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Oil Extraction: Is the Pay Worth the Risk?

By The Law Office of WT Johnson on August 22, 2018

In May 2018, a group of workers brought a lawsuit against the San Antonio-based refiner Valero Energy Corporation for injuries they suffered in a refinery explosion. The group of 28 employees was working near the facility’s alkylation unit when a line carrying flammable liquids failed, causing the explosion.

In this case, the explosion didn’t directly cause any injuries, but workers were hurt as they ran from the fire. The workers suffered from orthopedic injuries, as well as hearing loss and post-traumatic stress disorder. The lawsuit blamed the company for the line failure and explosion, claiming gross negligence (MySA).

Unfortunately, this kind of story is common for oil extraction workers, and the consequences of similar accidents can be far more severe. The Bureau of Labor Statistics’ June 2018 data reports that approximately 151,000 people are currently employed in the oil and gas extraction subsector. Workers operate or help develop oil or gas field properties. Their activities may include exploration for crude petroleum or natural gas; drilling, completing, and equipping wells; operating separators, emulsion breakers, desilting equipment and field-gathering lines for crude petroleum and natural gas; and all other activities in the preparation of oil and gas.

Just How Dangerous Is the Oil Extraction Field?

From 2003 to 2010, 823 oil and gas extraction workers were killed on the job. This fatality rate is seven times greater than the rate for all United States industries. The oil industry is definitely a lucrative one, but workers are also taking great risks each day in the field. The nature of oil and gas work provides more opportunities for worker injury. Safety hazards and dangerous conditions that can lead to fatalities include (OSHA):

  • Vehicle accidents
  • Chemical exposures
  • Struck-by/Caught in-between
  • Explosions and fires
  • Slips and falls
  • Confined spaces

One measure to combat these issues is the use of personal safety gear. This includes eye and face protection, head protection, foot protection, and hand protection. OSHA has standards for worker protection, and many other safety measures that oil companies are required to implement.

While it’s easy to say that these dangers are just the “nature of the beast,” it is still the oil companies’ duty to adhere to industry safety standards and to do everything possible to protect workers. After 15 workers were killed at an oil refinery in Texas City, the assistant secretary for the Occupational Safety and Health Administration (OSHA) said, “We’re very concerned that the oil industry is not making the investment needed to run these refineries safely and workers are paying for it with their lives.”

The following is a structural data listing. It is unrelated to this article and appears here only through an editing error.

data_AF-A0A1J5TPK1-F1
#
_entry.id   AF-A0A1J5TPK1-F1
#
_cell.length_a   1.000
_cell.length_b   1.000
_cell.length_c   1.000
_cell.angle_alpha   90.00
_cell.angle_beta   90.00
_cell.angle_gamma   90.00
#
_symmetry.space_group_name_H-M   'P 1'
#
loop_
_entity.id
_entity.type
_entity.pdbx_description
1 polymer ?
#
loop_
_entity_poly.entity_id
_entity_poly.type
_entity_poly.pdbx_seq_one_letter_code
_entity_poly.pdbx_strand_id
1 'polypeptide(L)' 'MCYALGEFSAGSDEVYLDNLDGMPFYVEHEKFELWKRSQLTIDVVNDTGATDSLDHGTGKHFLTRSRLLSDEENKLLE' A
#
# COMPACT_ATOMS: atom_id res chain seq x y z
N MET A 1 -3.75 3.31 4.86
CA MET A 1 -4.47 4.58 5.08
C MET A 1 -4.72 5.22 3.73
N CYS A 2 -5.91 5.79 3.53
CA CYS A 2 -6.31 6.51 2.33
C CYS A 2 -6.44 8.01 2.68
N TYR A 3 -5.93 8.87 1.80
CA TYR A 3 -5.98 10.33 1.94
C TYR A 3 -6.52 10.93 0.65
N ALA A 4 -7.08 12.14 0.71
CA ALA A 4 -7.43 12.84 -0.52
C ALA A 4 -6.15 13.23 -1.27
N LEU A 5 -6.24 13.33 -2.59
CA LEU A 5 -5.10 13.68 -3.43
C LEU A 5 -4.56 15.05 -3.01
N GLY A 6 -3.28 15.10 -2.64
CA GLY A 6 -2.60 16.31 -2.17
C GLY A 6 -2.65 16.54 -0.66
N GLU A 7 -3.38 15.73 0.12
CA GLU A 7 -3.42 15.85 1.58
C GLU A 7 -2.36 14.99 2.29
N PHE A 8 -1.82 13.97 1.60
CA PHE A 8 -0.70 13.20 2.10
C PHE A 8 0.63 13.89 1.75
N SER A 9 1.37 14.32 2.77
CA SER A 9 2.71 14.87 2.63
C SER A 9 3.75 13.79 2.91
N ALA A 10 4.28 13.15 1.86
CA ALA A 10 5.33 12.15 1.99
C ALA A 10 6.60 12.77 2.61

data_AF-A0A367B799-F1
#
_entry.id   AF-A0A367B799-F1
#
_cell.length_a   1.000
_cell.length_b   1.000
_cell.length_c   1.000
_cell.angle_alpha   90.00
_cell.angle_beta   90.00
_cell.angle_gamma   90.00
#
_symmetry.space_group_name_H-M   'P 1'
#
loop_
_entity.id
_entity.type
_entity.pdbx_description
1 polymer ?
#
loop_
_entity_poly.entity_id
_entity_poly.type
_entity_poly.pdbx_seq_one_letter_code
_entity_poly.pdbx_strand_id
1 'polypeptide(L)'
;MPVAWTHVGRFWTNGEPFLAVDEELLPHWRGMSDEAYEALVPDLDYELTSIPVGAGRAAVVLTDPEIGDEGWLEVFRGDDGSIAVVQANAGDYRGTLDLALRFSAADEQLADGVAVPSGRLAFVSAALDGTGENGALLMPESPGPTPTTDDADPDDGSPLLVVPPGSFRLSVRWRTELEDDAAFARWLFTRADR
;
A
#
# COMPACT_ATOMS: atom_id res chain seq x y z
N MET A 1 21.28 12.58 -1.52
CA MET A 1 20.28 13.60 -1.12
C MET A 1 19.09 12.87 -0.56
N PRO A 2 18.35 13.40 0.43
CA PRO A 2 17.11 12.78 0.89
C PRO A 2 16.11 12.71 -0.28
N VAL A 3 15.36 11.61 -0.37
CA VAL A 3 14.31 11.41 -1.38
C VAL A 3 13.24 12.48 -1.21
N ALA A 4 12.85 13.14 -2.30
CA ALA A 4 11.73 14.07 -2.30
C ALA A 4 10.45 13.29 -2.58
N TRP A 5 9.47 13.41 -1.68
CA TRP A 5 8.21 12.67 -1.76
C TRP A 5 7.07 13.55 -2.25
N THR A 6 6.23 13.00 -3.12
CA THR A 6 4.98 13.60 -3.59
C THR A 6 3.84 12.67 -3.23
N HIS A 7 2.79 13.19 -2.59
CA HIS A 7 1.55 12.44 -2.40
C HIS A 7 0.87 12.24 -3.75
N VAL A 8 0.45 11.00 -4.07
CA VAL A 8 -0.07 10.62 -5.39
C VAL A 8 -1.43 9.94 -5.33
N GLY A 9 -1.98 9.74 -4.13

Clearly, safety is an ongoing challenge in the oil and gas industry.

What to Do After an Injury on the Job

Any injury that occurs in the course and scope of employment, including work-related travel, is covered by workers’ compensation. Employers who have workers’ compensation insurance policies submit employee injury claims to the insurance company, which should then pay the damages per the employer’s policy. Subscribing to workers’ compensation insurance sets a limit on the amount and type of compensation the injured employee can receive.

Unlike other states, Texas does not require employers to have workers’ compensation insurance. Employers who opt out of workers’ compensation may be less likely to cooperate with you after an accident because they don’t have an insurance policy to cover your damages. These employers leave themselves open to unlimited potential damages in a lawsuit, as there is no legal limit for companies without workers’ compensation insurance (TWC).

If you are injured on the job, your first action should be to seek immediate medical care. Make sure to have documentation of all medical treatment to report to your employer and workers’ comp representatives, if applicable. Report the injury to your employer, and determine your workers’ compensation options. Finally, contact a local personal injury lawyer who can help you ensure that you are getting the compensation necessary for a full recovery.

It would be nice to say that when all appropriate steps are taken, legitimate on-the-job injuries reported to an employer are always covered. Unfortunately, employers and their insurance company will often do whatever it takes to evade blame, and thus avoid paying damages.

The details of your accident, whether or not your employer has workers’ compensation insurance, will determine your options for compensation. Working with an experienced legal team is the best way to recover and get back on your feet. If necessary, the Dallas oil and gas worker accident attorneys at The Law Office of WT Johnson will take your case all the way to court. Speak to us for no cost at (214) 231-0544 or toll-free (800) 738-4046.

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Posted in: Workplace Accidents

If you would like to discuss your claim with a member of our team, don’t hesitate to call us at (214) 231-0544. We’re ready to help you, and won’t rest until you receive the settlement you deserve.

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